Professor Martin Seligmanʼs preferred depression inoculation programme for young people is the Penn Resiliency Programme (PRP) which he co-created. While this quality, in-depth programme sometimes produces moderate effects they often do no last for more than a few years. (Gillham and Reivich, 1999; Roberts et al, 2003). A recent paper, co-authored by Martin Seligman, admitted the difficulty in sustaining positive effects with the PRP. The authors write: ʻ … as research on PRP moves along the path from efficacy to real world implementation, intervention affects wane or become inconsistent.ʼ (Gillham et al, 2007). One of the reasons may be that the effects are not preventative in the way that a vaccine is: they are more like the preventative effects which result from taking vitamins. In short, you have to keep doing it to get preventative benefits. For example, one of the active ingredients of the PRP is ʻdisputationʼ which has proven abilities to improve a pessimistic ʻexplanatory styleʼ by showing individuals to deal with the negative voices in their heads. (Seligman, 1990). However Seligman (2005) tells us the following about disputation: It is important to know that this is cosmetic – the voice will never shut up if you are a pessimist. No one knows how to make the voices go a way. The best we know how to do is to argue them into the ground. I am an assertiveness trainer of twenty years standing and the benefits of assertiveness training, another key ingredient in the PRP, only works as long as you use the skills. This is one of the reasons why it does not make sense to equate programmes like these with inoculations or vaccines which suggests automatic and lifetime immunity. A programmeʼs temporary effects leads advocates to arguments for constant repetition of the material and exhortations to use it (Weare, 2004). However, this may lose its power as an argument the more we come to accept that there is no epidemic of depression to counteract. Whatʼs more, as we shall see below, extended use of programmes takes us into completely unchartered territory. Of course, there are reasons, other than depression, for SEAL. Indeed SEAL is often advocated on the basis of the supposed benefits of emotional literacy – the term often used in education in place of emotional intelligence. So does this provide a better rationale for large-scale changes in the education system? The case for Emotional Intelligence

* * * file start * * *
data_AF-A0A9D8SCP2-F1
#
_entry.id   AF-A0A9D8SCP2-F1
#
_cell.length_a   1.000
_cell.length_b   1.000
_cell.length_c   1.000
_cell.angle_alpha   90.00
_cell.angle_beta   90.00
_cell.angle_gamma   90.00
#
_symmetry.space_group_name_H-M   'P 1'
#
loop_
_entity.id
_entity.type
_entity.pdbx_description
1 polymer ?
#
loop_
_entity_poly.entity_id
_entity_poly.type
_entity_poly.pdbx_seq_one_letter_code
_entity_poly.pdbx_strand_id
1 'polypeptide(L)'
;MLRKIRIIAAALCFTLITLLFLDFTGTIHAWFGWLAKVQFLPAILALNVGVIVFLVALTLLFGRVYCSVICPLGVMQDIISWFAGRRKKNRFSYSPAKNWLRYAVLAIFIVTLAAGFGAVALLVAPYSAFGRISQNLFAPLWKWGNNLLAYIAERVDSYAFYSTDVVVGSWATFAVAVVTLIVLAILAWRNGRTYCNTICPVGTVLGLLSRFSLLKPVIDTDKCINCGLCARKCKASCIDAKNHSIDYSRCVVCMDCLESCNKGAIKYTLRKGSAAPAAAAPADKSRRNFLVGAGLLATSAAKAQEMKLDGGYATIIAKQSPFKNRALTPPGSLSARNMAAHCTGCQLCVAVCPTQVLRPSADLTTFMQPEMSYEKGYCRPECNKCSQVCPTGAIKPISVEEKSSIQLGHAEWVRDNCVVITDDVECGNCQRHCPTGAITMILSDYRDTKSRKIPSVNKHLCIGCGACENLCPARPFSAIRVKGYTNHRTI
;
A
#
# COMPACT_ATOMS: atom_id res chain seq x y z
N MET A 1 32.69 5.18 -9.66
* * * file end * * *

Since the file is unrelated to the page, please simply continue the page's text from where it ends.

In the main SEAL documents, (DfES 2005, 2007) and in the work of supporting academics like Professor Katherine Weare, 2004) Daniel Golemanʼs Emotional Intelligence is cited not just as the inspiration, but SEALʼs intellectual and empirical rationale. It is particularly used in these documents as the source of evidence on the importance of emotional intelligence – Goleman claimed that it mattered much more for success in life than IQ (1995). However, Daniel Goleman was a journalist and his book has been seriously, and extensively, critiqued by a large number of psychologists (Matthews, Zeidner & Roberts, 2002, 2004). His claims for the importance of emotional intelligence have been discredited (Murphy Paul, 1999; Mayer & Cobb, 2000; Mayer, Salovey & Caruso, 2000, 2004; Matthews et al, 2004). Goleman now tacitly accepts some of these criticisms (Mayer & Cobb, 2000; Goleman, Boyatzis & McKee, 2002). Even Golemanʼs definition of emotional intelligence has been undermined: critics claim that his notion of emotional intelligence is a ragbag which includes any positive human characteristic other than IQ and many of the characteristics he cites are at odds with one another or largely emanate from personality (Mayer et al, 2004; Mayer & Cobb, 2000, Matthews et al 2004). Yet SEAL has at its core Golemanʼs ideas as they base this whole programme on Golemanʼs ʻfive domainsʼ (DfES 2005, 2007). If Goleman cannot be used as the intellectual foundation, and justification of large-scale work of this type in schools are there other figures in the field who could provide this rationale? Two psychologists – John D. Mayer and Peter Salovey – were the originators of the term ʻemotional intelligenceʼ (Mayer, 1999). They are very critical of Golemanʼs work, including his outlandish claims (Mayer et al 2004). Their work is more academic but is still in infancy and could not be used either to underpin a wholesale change in the education system. A large academic tome on emotional intelligence recently stated: ʻ… in spite of current theorizing about EI programs, we really do not know that much about how they work, for whom they work, under what conditions they work, or indeed, whether or not they work at all.ʼ (Matthews et al, 2004). They also conclude that emotional intelligence is more ʻmyth than scienceʼ. Empirical studies The SEAL documents, and the report written by Weare and Gray which recommended the SEAL approach (2003) cite, as additional supporting evidence, 17 international studies (15 of which are American) which show benefits too teaching social and emotional skills. These studies, it is claimed, also provide the evidence that what is required are whole-school, taught approaches. However, Weare acknowledges (2004) that these studies report interventions which are hugely different in design, goals and methodology and that it is very difficult to ascertain their effectiveness. The DfES pilots Between 2003 and 2005, the then Department of Education and Skills (DfES) ran a multi-strand pilot. The results were then published as ʻEvaluation of the Primary Behaviour and Attendance Strategy Pilotʼ (Hallam, Rhamie & Shaw, 2007) One of the strands piloted was SEAL. This was a very poorly designed study which had no control group. Secondly, the report gives a positive impression as it mainly draws on the feedback of teachers who were hand-picked on the basis of largely unspecified criteria. In other words, their views cannot be presented as objective evidence. Whatʼs more the empirical data presented shows that SEAL had no impact on attendance and virtually no affect on academic performance. More worryingly, the empirical data presented on the impact on pupils shows that for most of the attitudes measured the results went down, not up, after the pilot, particularly for boys. The report authors write: "there were statistically significant gender differences in relation to almost all of the scales prior to and following the programme with the girls exhibiting more positive responses in all cases." What they should have said is that the girls displayed less negative responses overall when compared with the boys. Another telling point about this pilot report is that the pre-intervention results for self-esteem, social skills etc did not suggest there is a general problem to be addressed in these childrenʼs social and emotional skills. For example, the means for self-esteem across the various stages was over 90 per cent and for social skills and relationships over 80 per cent. The lowest figure (61 per cent) was ironically ʻanxiety about school workʼ. Of course, within these figures there will be children who may lack these skills but the high averages question the wisdom of universal approaches which mean teaching children social and emotional skills where there is not a problem - something weʼll return to later. More importantly the pilot did not show that SEAL taught approach was a success. Indeed it showed itself to be much less effective than using classroom coaches (another pilot strand) to help improve teachersʼ skills. Nonetheless the DfES argued that the pilot was successful and have used it as part of the rationale for rolling SEAL out nationally to all schools. In 2008 an evaluation of the use of SEAL (Humphrey, 2008) estimated that 60 per cent of primary schools and 15 per cent of secondary schools were using SEAL. The critique advanced in this paper is on the basis of what would happen if schools were to pay attention to the advice to use SEAL or if the initiative became compulsory.